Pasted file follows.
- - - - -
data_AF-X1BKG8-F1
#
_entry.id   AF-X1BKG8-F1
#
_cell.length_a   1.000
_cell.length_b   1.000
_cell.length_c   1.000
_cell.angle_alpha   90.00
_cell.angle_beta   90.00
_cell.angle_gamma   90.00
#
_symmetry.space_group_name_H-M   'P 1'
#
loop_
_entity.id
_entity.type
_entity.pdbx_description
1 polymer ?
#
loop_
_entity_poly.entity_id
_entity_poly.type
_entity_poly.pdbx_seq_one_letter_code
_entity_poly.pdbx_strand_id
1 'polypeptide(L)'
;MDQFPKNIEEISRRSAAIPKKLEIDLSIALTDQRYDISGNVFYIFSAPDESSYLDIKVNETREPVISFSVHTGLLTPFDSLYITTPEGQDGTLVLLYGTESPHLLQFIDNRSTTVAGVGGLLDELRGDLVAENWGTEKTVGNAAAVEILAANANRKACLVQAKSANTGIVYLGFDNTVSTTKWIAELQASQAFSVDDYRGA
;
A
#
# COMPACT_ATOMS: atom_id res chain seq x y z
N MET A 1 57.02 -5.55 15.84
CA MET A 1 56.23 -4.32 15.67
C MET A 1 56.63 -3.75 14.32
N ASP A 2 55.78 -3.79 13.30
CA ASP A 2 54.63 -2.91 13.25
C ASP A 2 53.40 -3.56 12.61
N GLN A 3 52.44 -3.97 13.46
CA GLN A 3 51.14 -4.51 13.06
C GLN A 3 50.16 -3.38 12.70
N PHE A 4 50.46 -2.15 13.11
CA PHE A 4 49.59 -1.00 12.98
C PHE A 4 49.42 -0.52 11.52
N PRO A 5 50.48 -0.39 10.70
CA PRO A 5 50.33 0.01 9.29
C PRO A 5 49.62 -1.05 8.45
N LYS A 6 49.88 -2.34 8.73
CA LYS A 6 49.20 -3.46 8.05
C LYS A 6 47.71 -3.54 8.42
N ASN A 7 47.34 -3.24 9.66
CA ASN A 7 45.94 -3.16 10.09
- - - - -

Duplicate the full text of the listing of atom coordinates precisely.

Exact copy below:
data_AF-X1BKG8-F1
#
_entry.id   AF-X1BKG8-F1
#
_cell.length_a   1.000
_cell.length_b   1.000
_cell.length_c   1.000
_cell.angle_alpha   90.00
_cell.angle_beta   90.00
_cell.angle_gamma   90.00
#
_symmetry.space_group_name_H-M   'P 1'
#
loop_
_entity.id
_entity.type
_entity.pdbx_description
1 polymer ?
#
loop_
_entity_poly.entity_id
_entity_poly.type
_entity_poly.pdbx_seq_one_letter_code
_entity_poly.pdbx_strand_id
1 'polypeptide(L)'
;MDQFPKNIEEISRRSAAIPKKLEIDLSIALTDQRYDISGNVFYIFSAPDESSYLDIKVNETREPVISFSVHTGLLTPFDSLYITTPEGQDGTLVLLYGTESPHLLQFIDNRSTTVAGVGGLLDELRGDLVAENWGTEKTVGNAAAVEILAANANRKACLVQAKSANTGIVYLGFDNTVSTTKWIAELQASQAFSVDDYRGA
;
A
#
# COMPACT_ATOMS: atom_id res chain seq x y z
N MET A 1 57.02 -5.55 15.84
CA MET A 1 56.23 -4.32 15.67
C MET A 1 56.63 -3.75 14.32
N ASP A 2 55.78 -3.79 13.30
CA ASP A 2 54.63 -2.91 13.25
C ASP A 2 53.40 -3.56 12.61
N GLN A 3 52.44 -3.97 13.46
CA GLN A 3 51.14 -4.51 13.06
C GLN A 3 50.16 -3.38 12.70
N PHE A 4 50.46 -2.15 13.11
CA PHE A 4 49.59 -1.00 12.98
C PHE A 4 49.42 -0.52 11.52
N PRO A 5 50.48 -0.39 10.70
CA PRO A 5 50.33 0.01 9.29
C PRO A 5 49.62 -1.05 8.45
N LYS A 6 49.88 -2.34 8.73
CA LYS A 6 49.20 -3.46 8.05
C LYS A 6 47.71 -3.54 8.42
N ASN A 7 47.34 -3.24 9.66
CA ASN A 7 45.94 -3.16 10.09